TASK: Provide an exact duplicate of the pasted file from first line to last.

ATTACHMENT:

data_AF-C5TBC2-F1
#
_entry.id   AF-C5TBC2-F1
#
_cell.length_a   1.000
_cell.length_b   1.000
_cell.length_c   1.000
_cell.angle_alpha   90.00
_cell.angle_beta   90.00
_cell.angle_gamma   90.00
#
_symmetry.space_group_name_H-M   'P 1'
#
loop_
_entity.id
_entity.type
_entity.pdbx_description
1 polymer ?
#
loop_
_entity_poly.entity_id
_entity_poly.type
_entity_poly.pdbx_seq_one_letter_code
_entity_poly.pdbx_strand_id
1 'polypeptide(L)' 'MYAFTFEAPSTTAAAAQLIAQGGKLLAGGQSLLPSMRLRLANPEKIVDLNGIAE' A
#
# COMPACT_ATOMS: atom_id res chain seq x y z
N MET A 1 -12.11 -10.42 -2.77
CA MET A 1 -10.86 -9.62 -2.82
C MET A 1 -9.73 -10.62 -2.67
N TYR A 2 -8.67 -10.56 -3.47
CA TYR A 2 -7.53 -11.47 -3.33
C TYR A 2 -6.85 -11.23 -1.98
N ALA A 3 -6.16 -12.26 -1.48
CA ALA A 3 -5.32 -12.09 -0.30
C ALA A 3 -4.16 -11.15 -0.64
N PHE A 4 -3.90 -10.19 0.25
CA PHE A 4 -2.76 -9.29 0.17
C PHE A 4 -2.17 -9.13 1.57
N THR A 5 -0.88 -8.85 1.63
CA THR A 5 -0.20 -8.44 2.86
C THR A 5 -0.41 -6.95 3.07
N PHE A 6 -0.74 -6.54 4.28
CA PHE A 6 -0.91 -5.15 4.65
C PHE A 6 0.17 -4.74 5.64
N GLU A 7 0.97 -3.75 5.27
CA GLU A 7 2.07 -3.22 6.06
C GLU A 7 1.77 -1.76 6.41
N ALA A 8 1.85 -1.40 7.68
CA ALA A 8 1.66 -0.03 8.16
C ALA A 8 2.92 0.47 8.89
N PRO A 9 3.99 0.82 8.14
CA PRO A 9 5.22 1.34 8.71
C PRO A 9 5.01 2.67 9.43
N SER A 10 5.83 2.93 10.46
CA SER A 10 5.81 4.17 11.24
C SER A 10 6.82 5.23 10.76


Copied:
data_AF-C5TBC2-F1
#
_entry.id   AF-C5TBC2-F1
#
_cell.length_a   1.000
_cell.length_b   1.000
_cell.length_c   1.000
_cell.angle_alpha   90.00
_cell.angle_beta   90.00
_cell.angle_gamma   90.00
#
_symmetry.space_group_name_H-M   'P 1'
#
loop_
_entity.id
_entity.type
_entity.pdbx_description
1 polymer ?
#
loop_
_entity_poly.entity_id
_entity_poly.type
_entity_poly.pdbx_seq_one_letter_code
_entity_poly.pdbx_strand_id
1 'polypeptide(L)' 'MYAFTFEAPSTTAAAAQLIAQGGKLLAGGQSLLPSMRLRLANPEKIVDLNGIAE' A
#
# COMPACT_ATOMS: atom_id res chain seq x y z
N MET A 1 -12.11 -10.42 -2.77
CA MET A 1 -10.86 -9.62 -2.82
C MET A 1 -9.73 -10.62 -2.67
N TYR A 2 -8.67 -10.56 -3.47
CA TYR A 2 -7.53 -11.47 -3.33
C TYR A 2 -6.85 -11.23 -1.98
N ALA A 3 -6.16 -12.26 -1.48
CA ALA A 3 -5.32 -12.09 -0.30
C ALA A 3 -4.16 -11.15 -0.64
N PHE A 4 -3.90 -10.19 0.25
CA PHE A 4 -2.76 -9.29 0.17
C PHE A 4 -2.17 -9.13 1.57
N THR A 5 -0.88 -8.85 1.63
CA THR A 5 -0.20 -8.44 2.86
C THR A 5 -0.41 -6.95 3.07
N PHE A 6 -0.74 -6.54 4.28
CA PHE A 6 -0.91 -5.15 4.65
C PHE A 6 0.17 -4.74 5.64
N GLU A 7 0.97 -3.75 5.27
CA GLU A 7 2.07 -3.22 6.06
C GLU A 7 1.77 -1.76 6.41
N ALA A 8 1.85 -1.40 7.68
CA ALA A 8 1.66 -0.03 8.16
C ALA A 8 2.92 0.47 8.89
N PRO A 9 3.99 0.82 8.14
CA PRO A 9 5.22 1.34 8.71
C PRO A 9 5.01 2.67 9.43
N SER A 10 5.83 2.93 10.46
CA SER A 10 5.81 4.17 11.24
C SER A 10 6.82 5.23 10.76